• Stage 4 – Severe: The symptoms are very much visible in this stage. The damage to the cartilage continues and will result in stiffness, inflammation, and less synovial fluid. This causes increased friction in the joints, which also results in more pain and discomfort. The cartilage either completely wears away or is hardly present in this stage. The bones can also become deformed or angulated in severe cases due to asymmetric cartilage loss. Surgical intervention is often the only treatment option at this stage.

The wear and tear of the cartilage is the main cause of osteoarthritis. Let us now look at the factors responsible for triggering this condition.

Causes And Risk Factors For Osteoarthritis

Cartilage is a connective tissue that permits frictionless movement of the joints. However, in people with osteoarthritis, the cartilage becomes rough and begins wearing down. This, in turn, causes your bones to rub against each other and leads to damaged bones.

Factors that may increase an individual’s risk of developing osteoarthritis include:

  • Advancing age
  • Gender – It is more common in women.
  • Obesity
  • Injuries to the joint
  • Genetics – This condition can be inherited from one’s parents.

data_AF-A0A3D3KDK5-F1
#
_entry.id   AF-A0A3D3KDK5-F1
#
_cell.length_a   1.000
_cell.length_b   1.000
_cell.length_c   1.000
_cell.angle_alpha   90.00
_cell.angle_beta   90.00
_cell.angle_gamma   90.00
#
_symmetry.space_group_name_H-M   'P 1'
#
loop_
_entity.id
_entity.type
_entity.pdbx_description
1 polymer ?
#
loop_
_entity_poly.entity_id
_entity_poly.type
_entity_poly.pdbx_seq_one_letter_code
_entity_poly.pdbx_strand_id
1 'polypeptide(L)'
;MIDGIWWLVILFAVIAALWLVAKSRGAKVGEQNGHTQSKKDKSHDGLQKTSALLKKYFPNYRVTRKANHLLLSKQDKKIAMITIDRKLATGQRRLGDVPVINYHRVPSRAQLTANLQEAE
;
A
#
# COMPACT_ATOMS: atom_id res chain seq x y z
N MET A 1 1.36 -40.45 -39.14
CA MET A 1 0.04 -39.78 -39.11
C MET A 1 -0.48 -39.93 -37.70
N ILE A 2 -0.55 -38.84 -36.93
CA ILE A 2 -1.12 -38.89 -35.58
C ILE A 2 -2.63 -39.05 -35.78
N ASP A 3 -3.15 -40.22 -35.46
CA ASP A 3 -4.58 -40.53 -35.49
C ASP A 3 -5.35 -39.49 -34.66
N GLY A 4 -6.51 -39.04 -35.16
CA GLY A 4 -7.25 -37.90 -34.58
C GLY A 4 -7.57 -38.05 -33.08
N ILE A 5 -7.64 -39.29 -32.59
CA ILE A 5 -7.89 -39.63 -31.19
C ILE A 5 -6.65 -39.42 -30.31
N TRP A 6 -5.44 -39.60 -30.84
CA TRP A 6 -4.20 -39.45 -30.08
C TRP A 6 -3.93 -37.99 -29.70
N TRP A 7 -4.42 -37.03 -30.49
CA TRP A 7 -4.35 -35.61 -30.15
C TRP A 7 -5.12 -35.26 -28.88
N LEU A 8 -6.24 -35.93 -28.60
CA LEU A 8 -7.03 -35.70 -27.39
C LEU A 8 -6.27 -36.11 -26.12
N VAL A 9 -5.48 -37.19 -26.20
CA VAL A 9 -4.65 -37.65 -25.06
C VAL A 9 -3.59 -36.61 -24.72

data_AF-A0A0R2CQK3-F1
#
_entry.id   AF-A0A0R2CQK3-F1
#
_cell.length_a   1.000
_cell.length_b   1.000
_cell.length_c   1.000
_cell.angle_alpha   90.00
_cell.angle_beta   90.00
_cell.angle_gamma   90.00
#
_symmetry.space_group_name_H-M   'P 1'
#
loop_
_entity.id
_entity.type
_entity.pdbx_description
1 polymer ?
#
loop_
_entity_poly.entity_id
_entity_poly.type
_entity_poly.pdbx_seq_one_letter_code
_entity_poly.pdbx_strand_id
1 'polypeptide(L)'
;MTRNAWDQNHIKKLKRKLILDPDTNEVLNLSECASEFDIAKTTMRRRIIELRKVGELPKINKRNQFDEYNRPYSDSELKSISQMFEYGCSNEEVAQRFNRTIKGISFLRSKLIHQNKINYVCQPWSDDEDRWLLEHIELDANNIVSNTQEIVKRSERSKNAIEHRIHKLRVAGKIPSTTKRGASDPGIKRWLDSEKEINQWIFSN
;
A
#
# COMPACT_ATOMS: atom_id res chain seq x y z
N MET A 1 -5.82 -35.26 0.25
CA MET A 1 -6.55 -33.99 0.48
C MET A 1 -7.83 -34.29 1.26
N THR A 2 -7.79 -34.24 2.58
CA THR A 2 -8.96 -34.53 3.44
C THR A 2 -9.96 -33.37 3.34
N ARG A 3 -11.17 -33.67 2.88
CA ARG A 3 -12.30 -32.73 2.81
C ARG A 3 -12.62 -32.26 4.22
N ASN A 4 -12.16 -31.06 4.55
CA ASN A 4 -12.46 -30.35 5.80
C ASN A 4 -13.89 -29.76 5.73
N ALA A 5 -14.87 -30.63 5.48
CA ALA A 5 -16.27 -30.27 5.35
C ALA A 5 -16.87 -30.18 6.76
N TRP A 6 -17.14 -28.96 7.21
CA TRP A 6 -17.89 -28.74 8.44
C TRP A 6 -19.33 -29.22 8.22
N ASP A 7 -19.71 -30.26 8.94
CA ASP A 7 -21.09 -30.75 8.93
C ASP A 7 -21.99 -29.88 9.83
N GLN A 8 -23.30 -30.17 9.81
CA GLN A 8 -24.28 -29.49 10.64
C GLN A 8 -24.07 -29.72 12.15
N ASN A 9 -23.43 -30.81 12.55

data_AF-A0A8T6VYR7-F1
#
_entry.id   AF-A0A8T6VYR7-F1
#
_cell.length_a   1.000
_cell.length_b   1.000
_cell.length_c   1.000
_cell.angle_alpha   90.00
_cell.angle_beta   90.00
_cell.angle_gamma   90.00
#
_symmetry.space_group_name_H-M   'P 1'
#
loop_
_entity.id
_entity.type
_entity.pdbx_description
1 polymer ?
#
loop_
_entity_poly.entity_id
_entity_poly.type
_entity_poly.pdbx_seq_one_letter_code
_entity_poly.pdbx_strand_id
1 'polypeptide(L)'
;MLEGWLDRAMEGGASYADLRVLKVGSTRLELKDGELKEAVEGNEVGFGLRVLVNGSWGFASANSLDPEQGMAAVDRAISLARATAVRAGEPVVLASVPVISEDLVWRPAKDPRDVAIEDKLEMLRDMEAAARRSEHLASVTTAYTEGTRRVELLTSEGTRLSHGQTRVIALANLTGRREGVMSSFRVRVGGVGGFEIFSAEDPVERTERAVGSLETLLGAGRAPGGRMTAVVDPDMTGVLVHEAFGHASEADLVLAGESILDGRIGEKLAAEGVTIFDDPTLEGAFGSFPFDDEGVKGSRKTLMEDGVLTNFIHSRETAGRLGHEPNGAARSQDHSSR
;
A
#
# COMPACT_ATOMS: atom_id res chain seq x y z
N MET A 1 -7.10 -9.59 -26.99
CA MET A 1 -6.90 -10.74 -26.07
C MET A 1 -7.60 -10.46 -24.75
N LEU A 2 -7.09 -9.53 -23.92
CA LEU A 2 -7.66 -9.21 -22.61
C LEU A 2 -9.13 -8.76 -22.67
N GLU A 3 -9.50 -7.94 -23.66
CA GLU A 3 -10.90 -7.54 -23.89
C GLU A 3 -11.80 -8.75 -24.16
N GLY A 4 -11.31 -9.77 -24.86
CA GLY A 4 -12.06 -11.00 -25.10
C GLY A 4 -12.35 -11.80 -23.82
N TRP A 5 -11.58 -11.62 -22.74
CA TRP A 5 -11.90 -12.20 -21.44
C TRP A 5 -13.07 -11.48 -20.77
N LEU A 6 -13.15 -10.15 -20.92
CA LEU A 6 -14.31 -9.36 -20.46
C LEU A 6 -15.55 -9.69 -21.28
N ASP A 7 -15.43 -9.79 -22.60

• Congenital bone deformities

Osteoarthritis is often characterized by the following signs and symptoms.

Signs And Symptoms Of Osteoarthritis

The common signs and symptoms of osteoarthritis are:

  • Joint pain
  • Tenderness in the affected joints
  • Stiffness of the joints
  • Loss of flexibility
  • Formation of bone spurs in the affected joints
  • A grating sensation while using the affected joint

Can you relate any of these symptoms? If yes, consult a doctor immediately to rule out the possibility of osteoarthritis or other serious health conditions.

How Is Osteoarthritis Diagnosed?

Your doctor will start by physically examining your affected joints. They may also look for signs of tenderness, swelling, and redness and monitor your range of motion.

Imaging tests suggested for osteoarthritis are:

  • X-rays – X-rays do not show cartilage, but they can reveal its loss due to the narrowing space between the joints.
  • Magnetic Resonance Imaging (MRI) – It uses radio waves and a powerful magnetic field to produce an image of the bone and soft tissues as well as the cartilage. It is used for more complex cases of osteoarthritis.